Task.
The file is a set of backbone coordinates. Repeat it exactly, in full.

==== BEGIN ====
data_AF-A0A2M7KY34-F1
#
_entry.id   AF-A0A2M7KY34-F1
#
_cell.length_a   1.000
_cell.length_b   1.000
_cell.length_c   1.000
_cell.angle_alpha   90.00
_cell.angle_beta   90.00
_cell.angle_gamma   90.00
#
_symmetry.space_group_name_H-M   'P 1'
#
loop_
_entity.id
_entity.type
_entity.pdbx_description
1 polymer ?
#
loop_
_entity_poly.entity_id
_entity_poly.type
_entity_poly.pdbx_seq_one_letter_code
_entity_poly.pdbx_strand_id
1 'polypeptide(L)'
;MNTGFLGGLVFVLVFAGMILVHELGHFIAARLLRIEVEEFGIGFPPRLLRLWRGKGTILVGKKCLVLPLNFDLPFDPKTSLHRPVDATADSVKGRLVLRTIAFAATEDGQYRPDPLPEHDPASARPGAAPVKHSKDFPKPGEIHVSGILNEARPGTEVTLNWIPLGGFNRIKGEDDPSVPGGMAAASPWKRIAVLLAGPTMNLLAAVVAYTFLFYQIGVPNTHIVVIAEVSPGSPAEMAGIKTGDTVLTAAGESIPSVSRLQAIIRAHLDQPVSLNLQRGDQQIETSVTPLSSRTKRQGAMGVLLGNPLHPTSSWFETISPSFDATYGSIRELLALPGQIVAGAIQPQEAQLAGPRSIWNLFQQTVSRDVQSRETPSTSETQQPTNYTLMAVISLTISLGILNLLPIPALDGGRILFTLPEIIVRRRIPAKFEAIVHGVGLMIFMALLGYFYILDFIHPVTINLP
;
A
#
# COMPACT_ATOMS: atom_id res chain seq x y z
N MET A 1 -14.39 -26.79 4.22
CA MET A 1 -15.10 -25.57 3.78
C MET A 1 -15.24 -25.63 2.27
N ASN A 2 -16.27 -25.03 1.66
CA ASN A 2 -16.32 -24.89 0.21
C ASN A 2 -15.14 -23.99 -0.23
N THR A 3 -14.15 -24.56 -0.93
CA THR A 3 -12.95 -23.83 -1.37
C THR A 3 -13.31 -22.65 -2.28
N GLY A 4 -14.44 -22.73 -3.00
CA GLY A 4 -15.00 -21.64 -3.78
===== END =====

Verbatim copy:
data_AF-A0A2M7KY34-F1
#
_entry.id   AF-A0A2M7KY34-F1
#
_cell.length_a   1.000
_cell.length_b   1.000
_cell.length_c   1.000
_cell.angle_alpha   90.00
_cell.angle_beta   90.00
_cell.angle_gamma   90.00
#
_symmetry.space_group_name_H-M   'P 1'
#
loop_
_entity.id
_entity.type
_entity.pdbx_description
1 polymer ?
#
loop_
_entity_poly.entity_id
_entity_poly.type
_entity_poly.pdbx_seq_one_letter_code
_entity_poly.pdbx_strand_id
1 'polypeptide(L)'
;MNTGFLGGLVFVLVFAGMILVHELGHFIAARLLRIEVEEFGIGFPPRLLRLWRGKGTILVGKKCLVLPLNFDLPFDPKTSLHRPVDATADSVKGRLVLRTIAFAATEDGQYRPDPLPEHDPASARPGAAPVKHSKDFPKPGEIHVSGILNEARPGTEVTLNWIPLGGFNRIKGEDDPSVPGGMAAASPWKRIAVLLAGPTMNLLAAVVAYTFLFYQIGVPNTHIVVIAEVSPGSPAEMAGIKTGDTVLTAAGESIPSVSRLQAIIRAHLDQPVSLNLQRGDQQIETSVTPLSSRTKRQGAMGVLLGNPLHPTSSWFETISPSFDATYGSIRELLALPGQIVAGAIQPQEAQLAGPRSIWNLFQQTVSRDVQSRETPSTSETQQPTNYTLMAVISLTISLGILNLLPIPALDGGRILFTLPEIIVRRRIPAKFEAIVHGVGLMIFMALLGYFYILDFIHPVTINLP
;
A
#
# COMPACT_ATOMS: atom_id res chain seq x y z
N MET A 1 -14.39 -26.79 4.22
CA MET A 1 -15.10 -25.57 3.78
C MET A 1 -15.24 -25.63 2.27
N ASN A 2 -16.27 -25.03 1.66
CA ASN A 2 -16.32 -24.89 0.21
C ASN A 2 -15.14 -23.99 -0.23
N THR A 3 -14.15 -24.56 -0.93
CA THR A 3 -12.95 -23.83 -1.37
C THR A 3 -13.31 -22.65 -2.28
N GLY A 4 -14.44 -22.73 -3.00
CA GLY A 4 -15.00 -21.64 -3.78